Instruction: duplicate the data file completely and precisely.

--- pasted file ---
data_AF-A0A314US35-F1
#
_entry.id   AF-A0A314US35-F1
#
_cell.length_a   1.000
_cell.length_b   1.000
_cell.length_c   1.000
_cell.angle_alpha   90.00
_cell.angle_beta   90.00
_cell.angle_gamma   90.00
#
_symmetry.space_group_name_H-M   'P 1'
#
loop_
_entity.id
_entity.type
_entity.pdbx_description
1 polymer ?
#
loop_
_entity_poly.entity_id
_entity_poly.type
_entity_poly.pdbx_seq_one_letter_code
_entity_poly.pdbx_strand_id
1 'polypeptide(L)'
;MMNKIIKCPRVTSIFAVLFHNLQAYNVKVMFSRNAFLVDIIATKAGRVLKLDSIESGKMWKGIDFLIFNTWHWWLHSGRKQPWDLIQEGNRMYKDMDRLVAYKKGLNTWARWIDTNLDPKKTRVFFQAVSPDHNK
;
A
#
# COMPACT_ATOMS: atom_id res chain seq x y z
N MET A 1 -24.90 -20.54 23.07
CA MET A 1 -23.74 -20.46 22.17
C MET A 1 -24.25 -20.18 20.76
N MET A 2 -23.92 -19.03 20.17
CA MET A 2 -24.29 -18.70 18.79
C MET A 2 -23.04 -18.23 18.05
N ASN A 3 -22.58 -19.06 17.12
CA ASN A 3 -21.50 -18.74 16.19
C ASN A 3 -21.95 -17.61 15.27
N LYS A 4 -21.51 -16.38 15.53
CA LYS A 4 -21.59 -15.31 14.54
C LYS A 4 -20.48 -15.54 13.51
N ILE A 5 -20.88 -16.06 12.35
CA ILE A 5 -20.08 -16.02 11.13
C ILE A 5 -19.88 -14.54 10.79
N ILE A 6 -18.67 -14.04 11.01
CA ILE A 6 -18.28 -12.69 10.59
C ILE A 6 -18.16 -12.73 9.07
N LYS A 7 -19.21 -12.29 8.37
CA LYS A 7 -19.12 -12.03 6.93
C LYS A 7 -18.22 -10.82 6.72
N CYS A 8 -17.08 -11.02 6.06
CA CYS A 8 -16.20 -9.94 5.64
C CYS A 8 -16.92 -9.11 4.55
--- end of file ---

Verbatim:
data_AF-A0A314US35-F1
#
_entry.id   AF-A0A314US35-F1
#
_cell.length_a   1.000
_cell.length_b   1.000
_cell.length_c   1.000
_cell.angle_alpha   90.00
_cell.angle_beta   90.00
_cell.angle_gamma   90.00
#
_symmetry.space_group_name_H-M   'P 1'
#
loop_
_entity.id
_entity.type
_entity.pdbx_description
1 polymer ?
#
loop_
_entity_poly.entity_id
_entity_poly.type
_entity_poly.pdbx_seq_one_letter_code
_entity_poly.pdbx_strand_id
1 'polypeptide(L)'
;MMNKIIKCPRVTSIFAVLFHNLQAYNVKVMFSRNAFLVDIIATKAGRVLKLDSIESGKMWKGIDFLIFNTWHWWLHSGRKQPWDLIQEGNRMYKDMDRLVAYKKGLNTWARWIDTNLDPKKTRVFFQAVSPDHNK
;
A
#
# COMPACT_ATOMS: atom_id res chain seq x y z
N MET A 1 -24.90 -20.54 23.07
CA MET A 1 -23.74 -20.46 22.17
C MET A 1 -24.25 -20.18 20.76
N MET A 2 -23.92 -19.03 20.17
CA MET A 2 -24.29 -18.70 18.79
C MET A 2 -23.04 -18.23 18.05
N ASN A 3 -22.58 -19.06 17.12
CA ASN A 3 -21.50 -18.74 16.19
C ASN A 3 -21.95 -17.61 15.27
N LYS A 4 -21.51 -16.38 15.53
CA LYS A 4 -21.59 -15.31 14.54
C LYS A 4 -20.48 -15.54 13.51
N ILE A 5 -20.88 -16.06 12.35
CA ILE A 5 -20.08 -16.02 11.13
C ILE A 5 -19.88 -14.54 10.79
N ILE A 6 -18.67 -14.04 11.01
CA ILE A 6 -18.28 -12.69 10.59
C ILE A 6 -18.16 -12.73 9.07
N LYS A 7 -19.21 -12.29 8.37
CA LYS A 7 -19.12 -12.03 6.93
C LYS A 7 -18.22 -10.82 6.72
N CYS A 8 -17.08 -11.02 6.06
CA CYS A 8 -16.20 -9.94 5.64
C CYS A 8 -16.92 -9.11 4.55